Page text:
As a kid, I looked forward to seeing Pete, the mustached, genial letter carrier. He didn’t even think of suing us when he got a shard of glass in his eye after my dog busted through a glass pane on the door. She was trying to get at the mail, which she hated, perhaps because it reminded her that she was illiterate.
Fortunately, no damage was done to Pete’s eye.
When I lived in South Philly, my letter carrier (no names; he might still be on the job) was so customer-friendly, he delivered a note to me from a little girl living nearby who put it in an envelope and drew a stamp on it. Delivering that was probably “wrong,” but “nice.” More Mayberry than Marconi Plaza. He was protective of his route and his customers, and once called PGW when he smelled a gas leak and may have prevented a tragedy. Why? Because he cared.
I balance that with the employee who returned to me as “undeliverable” a birthday card I sent to a friend in Old City who’s been at his address for more than a decade. The name and address were correct and everything was legible. Even better, someone got back a letter she sent me at the Daily News, and I’ve been here more than a decade. Several, in fact. Why do things like that happen?
A few weeks ago, while trying to balance my checkbook, I discovered that I never received the February bank statement. The bank tells me that other depositors had the same problem. Why? The bank manager told me that as she was leaving her home one morning, the letter carrier (a sub) asked her where she could find a local street, two blocks away. Wow.
Last year, I paid American Express a late fee because I missed a payment. I missed the payment because USPS failed to deliver the statement. Are these all isolated incidents or part of a tapestry?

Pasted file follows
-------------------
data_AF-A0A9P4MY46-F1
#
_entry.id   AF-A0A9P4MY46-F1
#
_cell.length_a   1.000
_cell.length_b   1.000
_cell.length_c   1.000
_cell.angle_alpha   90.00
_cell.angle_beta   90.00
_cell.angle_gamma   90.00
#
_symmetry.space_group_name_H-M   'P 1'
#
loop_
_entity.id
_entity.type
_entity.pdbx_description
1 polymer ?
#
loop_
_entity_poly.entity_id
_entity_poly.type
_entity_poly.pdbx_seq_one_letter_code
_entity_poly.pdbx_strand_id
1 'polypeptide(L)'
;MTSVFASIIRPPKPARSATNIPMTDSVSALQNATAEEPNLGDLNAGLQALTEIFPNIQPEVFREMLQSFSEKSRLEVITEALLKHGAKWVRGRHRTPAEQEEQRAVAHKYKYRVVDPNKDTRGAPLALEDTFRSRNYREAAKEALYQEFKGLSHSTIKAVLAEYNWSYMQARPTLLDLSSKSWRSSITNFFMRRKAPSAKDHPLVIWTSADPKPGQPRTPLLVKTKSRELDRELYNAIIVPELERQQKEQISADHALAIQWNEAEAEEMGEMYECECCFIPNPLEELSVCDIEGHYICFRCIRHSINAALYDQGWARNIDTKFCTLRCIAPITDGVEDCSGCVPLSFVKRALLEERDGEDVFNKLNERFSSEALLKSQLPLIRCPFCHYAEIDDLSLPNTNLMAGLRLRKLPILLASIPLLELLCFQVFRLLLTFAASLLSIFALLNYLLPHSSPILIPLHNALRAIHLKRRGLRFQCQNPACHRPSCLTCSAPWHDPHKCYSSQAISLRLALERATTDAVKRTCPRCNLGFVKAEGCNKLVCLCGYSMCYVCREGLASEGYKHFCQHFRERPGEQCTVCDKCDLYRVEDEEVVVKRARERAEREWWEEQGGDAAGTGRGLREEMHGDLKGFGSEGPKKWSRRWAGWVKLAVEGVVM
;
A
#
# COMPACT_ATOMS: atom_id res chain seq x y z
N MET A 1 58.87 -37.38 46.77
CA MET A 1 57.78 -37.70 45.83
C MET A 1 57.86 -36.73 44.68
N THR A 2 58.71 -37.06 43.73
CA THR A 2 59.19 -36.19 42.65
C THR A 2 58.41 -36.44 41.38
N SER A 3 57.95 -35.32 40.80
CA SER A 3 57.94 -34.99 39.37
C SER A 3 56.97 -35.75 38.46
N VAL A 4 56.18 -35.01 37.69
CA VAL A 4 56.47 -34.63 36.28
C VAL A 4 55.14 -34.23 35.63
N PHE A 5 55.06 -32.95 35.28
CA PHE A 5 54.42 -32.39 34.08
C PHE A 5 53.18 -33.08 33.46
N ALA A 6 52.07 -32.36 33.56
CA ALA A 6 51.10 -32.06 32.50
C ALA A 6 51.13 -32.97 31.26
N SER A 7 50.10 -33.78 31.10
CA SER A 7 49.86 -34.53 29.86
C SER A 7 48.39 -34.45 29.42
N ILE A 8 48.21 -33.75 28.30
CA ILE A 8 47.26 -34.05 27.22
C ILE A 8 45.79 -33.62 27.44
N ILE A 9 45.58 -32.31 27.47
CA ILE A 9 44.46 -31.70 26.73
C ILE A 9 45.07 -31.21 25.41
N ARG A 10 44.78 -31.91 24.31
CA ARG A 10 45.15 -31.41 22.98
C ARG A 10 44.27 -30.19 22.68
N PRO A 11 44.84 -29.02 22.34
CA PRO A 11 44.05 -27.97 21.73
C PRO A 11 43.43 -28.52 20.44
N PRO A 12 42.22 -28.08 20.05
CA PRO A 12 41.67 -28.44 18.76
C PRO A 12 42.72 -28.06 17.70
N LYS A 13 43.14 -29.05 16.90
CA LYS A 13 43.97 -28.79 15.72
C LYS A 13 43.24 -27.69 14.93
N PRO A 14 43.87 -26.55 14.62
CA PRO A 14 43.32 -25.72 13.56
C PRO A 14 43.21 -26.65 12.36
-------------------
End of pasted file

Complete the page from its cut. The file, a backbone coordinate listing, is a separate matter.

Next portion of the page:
Last week, the Chicago Sun-Times had a story about a postcard mailed from Chicago reaching its destination a staggering 54 years late.
Where has that card been since 1958?
Late last month, the Senate voted to give USPS an $11 billion cash infusion, delaying controversial plans to close post offices and end Saturday delivery. USPS: Is giving less service the way to go? These are sad days for a Ben Franklin-created service once known for always coming through, despite the obstacles.
I know the post office works in a hostile environment. So do I. You’re still expected to perform.
In the Philadelphia postal district — including Philly, Bucks, Delaware, Chester and Montgomery counties and parts of Northampton — complaints for October, November and December in fiscal year 2012 rose 14 percent over the same months in fiscal 2011, from 11,491 to 13,137. Local USPS spokeswoman Cathy Yarosky could not specify why complaints are up.
Complaints, she says, are divided into several categories — business, buying, receiving mail, customer service and sending mail — but are not defined any further. The most complaints involve receiving mail, but that’s so broad as to be almost useless.
It can’t be a good thing when the number of complaints goes up while the number of customers goes down.
Few people write letters anymore. Even birthday, anniversary and special-occasion cards are being replaced by emails, which to me are as “personal” as spam. Generation gap, I guess.
USPS tells me that it wants to know if it fails you. Yarosky suggests making the complaint immediately and offering specifics to help USPS run it down. Having the envelope would be great.
If you want to bay at the moon, an independent website, usps.pissedconsumer.com, publishes complaints from around the nation. Some may be worse than yours.
To report problems to USPS directly, do so online at usps.com or call Consumer Affairs at 215-863-6060.
Give them my regards.
Email email@example.com or call 215-854-5977. Join Stu on Facebook. For recent columns: philly.com/Byko.